I see that I meant to write this on 17 October, soon after arriving back in Aotearoa but got occupied otherwise. So many times I ran the text of this intended blog through my head and edited it such that I could write short, sharp stuff rather than ramble on-which I tend to do.
Many times, in the weeks after I came back to Auckland, I caught myself just standing in my living room, in the silence that surrounds my house, staring at the little artefacts scattered, nah strategically placed all over. The shells from various Auckland beaches, the mini papier mache Eiffel Towers and Arc De Triomphe from Paris, the Ganeshas from Bombay and Banares, clapper board from Berlin, the books, Tibetan paintings from McLeodganj, the $30 couch from Salvation Army, the ‘donated’ television set on which I cannot watch TV One or TV2…I still do not have a proper coffee table and I dine Indian style crossed-legged on the floor. They all spoke to me. About my journey so far in life. That I am finally at a place where I can be comfortable with myself.
It took me a long time to figure out that I was/am a misfit. I was a curious child, always asking questions and not very happy with the answers. Consequently angry and disobedient. Hence bad. Not in a ‘black sheep’ way but someone who apparently needed to be firmly on a leash and kept within the patriarchy. Life was meant to be an education (a formal, school type education-for which I am very grateful), a job, a career making money, then marriage and kids. Until the day you die. No wonder I was a misfit. Going back home I am still a square peg in the round, all-sucking, Indian hole.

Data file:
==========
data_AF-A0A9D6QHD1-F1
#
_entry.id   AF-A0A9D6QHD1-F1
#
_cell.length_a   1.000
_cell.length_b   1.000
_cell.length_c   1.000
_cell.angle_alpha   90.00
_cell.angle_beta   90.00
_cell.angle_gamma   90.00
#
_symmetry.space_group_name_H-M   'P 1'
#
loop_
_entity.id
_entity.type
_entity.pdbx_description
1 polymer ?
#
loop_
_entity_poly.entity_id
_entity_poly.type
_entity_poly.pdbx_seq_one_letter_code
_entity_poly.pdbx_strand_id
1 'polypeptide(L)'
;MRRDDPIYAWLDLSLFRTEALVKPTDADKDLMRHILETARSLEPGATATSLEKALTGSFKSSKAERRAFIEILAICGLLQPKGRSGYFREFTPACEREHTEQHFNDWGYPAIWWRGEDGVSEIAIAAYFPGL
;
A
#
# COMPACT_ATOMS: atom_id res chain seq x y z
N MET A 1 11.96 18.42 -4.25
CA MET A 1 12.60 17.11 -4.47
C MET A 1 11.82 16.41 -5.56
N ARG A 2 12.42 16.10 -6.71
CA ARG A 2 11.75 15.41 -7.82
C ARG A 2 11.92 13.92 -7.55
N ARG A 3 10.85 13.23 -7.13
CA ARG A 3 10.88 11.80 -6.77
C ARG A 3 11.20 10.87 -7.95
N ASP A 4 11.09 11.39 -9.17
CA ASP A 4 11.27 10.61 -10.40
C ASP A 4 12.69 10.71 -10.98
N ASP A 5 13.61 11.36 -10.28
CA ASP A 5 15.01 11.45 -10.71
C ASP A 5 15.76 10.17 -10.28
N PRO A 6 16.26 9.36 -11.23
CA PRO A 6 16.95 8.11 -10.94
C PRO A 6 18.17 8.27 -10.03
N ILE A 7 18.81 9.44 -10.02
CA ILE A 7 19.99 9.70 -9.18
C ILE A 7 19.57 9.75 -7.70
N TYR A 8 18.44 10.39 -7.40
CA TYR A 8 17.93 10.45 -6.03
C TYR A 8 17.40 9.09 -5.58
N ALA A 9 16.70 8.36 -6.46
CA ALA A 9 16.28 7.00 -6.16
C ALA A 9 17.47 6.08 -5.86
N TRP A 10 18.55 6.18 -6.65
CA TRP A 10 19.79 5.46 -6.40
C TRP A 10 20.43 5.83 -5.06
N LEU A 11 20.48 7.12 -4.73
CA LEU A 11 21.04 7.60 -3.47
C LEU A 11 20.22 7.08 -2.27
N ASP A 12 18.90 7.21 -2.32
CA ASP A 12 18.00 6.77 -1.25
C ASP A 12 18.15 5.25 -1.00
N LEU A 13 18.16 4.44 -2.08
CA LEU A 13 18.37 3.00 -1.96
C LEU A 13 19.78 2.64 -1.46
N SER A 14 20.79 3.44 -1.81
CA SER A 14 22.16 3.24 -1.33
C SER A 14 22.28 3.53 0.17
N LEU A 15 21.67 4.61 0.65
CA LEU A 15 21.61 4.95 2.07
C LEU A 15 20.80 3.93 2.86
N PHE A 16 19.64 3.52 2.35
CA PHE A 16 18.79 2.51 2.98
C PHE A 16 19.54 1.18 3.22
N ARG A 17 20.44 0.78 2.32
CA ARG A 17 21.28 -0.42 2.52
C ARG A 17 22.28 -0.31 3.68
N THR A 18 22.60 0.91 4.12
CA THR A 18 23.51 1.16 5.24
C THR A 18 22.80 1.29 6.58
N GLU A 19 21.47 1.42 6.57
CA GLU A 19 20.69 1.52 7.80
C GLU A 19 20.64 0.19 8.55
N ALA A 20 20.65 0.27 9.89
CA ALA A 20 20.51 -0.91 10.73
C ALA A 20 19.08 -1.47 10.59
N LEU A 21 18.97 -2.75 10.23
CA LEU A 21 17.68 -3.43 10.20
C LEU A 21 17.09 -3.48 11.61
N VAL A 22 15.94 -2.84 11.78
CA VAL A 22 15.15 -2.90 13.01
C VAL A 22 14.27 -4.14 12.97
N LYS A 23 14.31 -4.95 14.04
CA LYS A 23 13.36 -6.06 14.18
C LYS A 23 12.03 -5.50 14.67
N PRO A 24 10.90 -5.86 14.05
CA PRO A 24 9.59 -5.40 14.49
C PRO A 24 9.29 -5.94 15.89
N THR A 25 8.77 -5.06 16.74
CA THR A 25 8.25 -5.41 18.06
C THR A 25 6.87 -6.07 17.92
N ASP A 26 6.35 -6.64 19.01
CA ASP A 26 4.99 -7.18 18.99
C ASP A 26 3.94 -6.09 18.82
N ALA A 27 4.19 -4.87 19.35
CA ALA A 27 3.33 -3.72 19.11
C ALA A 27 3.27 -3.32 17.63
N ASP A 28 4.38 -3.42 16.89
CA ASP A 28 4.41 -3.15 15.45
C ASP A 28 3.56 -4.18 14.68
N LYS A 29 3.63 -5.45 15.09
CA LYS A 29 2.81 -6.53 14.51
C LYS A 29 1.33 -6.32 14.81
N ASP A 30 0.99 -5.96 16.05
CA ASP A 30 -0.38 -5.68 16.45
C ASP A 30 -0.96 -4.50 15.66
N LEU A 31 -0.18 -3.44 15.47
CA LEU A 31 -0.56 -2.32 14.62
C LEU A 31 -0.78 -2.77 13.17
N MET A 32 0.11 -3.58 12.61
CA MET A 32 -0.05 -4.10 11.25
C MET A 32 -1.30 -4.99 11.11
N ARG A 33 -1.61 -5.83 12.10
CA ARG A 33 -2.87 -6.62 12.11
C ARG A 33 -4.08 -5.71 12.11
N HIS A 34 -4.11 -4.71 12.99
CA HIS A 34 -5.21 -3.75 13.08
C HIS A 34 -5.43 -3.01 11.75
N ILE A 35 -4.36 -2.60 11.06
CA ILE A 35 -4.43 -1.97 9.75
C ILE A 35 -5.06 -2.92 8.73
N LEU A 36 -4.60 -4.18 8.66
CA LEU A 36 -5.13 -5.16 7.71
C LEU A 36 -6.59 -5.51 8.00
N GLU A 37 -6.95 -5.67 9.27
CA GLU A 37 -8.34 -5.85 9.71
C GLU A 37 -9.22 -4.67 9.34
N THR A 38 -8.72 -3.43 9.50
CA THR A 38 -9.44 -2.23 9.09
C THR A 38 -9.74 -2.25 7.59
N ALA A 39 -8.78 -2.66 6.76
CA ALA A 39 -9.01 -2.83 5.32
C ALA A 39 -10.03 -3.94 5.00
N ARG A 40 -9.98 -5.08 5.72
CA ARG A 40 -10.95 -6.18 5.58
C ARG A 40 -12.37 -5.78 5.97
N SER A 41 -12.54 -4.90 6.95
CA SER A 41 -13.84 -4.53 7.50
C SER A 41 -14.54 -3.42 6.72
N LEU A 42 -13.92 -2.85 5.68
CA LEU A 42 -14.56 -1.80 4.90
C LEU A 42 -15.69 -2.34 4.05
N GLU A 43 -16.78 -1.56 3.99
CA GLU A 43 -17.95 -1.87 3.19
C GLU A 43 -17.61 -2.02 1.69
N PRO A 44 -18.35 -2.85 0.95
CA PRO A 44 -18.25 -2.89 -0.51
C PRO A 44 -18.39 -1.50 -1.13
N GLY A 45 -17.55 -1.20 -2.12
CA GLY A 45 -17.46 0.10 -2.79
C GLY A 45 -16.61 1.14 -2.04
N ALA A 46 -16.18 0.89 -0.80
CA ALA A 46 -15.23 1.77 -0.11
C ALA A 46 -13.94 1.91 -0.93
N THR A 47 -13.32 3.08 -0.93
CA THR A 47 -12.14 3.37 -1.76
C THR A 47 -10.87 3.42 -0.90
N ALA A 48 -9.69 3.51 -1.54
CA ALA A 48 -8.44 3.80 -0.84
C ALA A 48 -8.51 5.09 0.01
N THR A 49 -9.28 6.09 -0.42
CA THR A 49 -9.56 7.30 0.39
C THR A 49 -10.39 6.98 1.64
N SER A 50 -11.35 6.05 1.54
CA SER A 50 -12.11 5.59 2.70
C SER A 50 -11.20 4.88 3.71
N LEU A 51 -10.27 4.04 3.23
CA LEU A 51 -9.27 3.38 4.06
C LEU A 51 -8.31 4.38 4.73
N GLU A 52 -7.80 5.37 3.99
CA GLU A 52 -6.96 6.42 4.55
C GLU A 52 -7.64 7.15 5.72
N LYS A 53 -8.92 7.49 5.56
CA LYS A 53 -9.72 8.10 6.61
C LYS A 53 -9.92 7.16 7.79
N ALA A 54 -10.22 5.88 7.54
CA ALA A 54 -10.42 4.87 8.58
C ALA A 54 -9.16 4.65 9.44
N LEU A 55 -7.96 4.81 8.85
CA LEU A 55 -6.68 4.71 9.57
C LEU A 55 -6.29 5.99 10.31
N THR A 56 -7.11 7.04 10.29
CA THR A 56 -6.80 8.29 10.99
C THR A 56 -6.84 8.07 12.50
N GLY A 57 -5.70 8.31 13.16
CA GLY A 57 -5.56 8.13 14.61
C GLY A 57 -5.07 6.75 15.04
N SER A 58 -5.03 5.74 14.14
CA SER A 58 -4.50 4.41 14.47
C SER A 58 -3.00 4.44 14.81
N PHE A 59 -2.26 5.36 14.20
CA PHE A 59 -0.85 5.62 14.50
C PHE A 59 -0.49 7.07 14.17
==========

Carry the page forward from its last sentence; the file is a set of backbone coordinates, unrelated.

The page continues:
It took me a long time to figure out that it does not have to be like that. To get over the guilt of not thinking like everyone else, to reach this space and place that no one, not even me, thought could be a reality. Now I have to justify living this space; the unshackling and the so-called lack of responsibility in my life. I try to be blase and so does everyone else back in Bombay but the sub-text is too obvious to ignore. Then I just meditate to keep me calm.
Come back, they say. India has changed. You can be as free as you want. Be single, do live-in, shag around, whatever. As if this is what matters. What about the enquiry of existence? Or challenging the existing? Blackberry in one hand, vodka in another, designer mini dress and preparations for karwa chauth. How is that a change? In a parallel universe I live this life. With straightened, bottle-blonde hair.
Not that I am not a misfit in New Zealand. Here I am a dark-skinned ‘ethnic’. Always classified as Indian-not that I mind it because I do not have to justify this or anything else. Such as being single, living on my own, working in mainstream media. No one tells me I ask too many questions or why can’t I be like everyone else. That is the difference. Palpable freedom with inherent responsibility and respect for choices. Of course it is not without problems, this society. It is still conservative and closed and racist and not as egalitarian as it makes out to be. But I am not judged by the money I make, the car I drive, the clothes I wear or the caste and religion I belong to. I can fully participate in the civic, democratic process without affiliating myself one way or the other.
It is true that I don’t do structure very well. Not structure imposed on me anyway. Because I work with the structure of the universe. Because nothing really is unstructured. That is where I fit in, in the bigger picture. For all my square peg-ness. New Zealand lets me be and I will go back to India only on my own terms. In conjunction with the universe.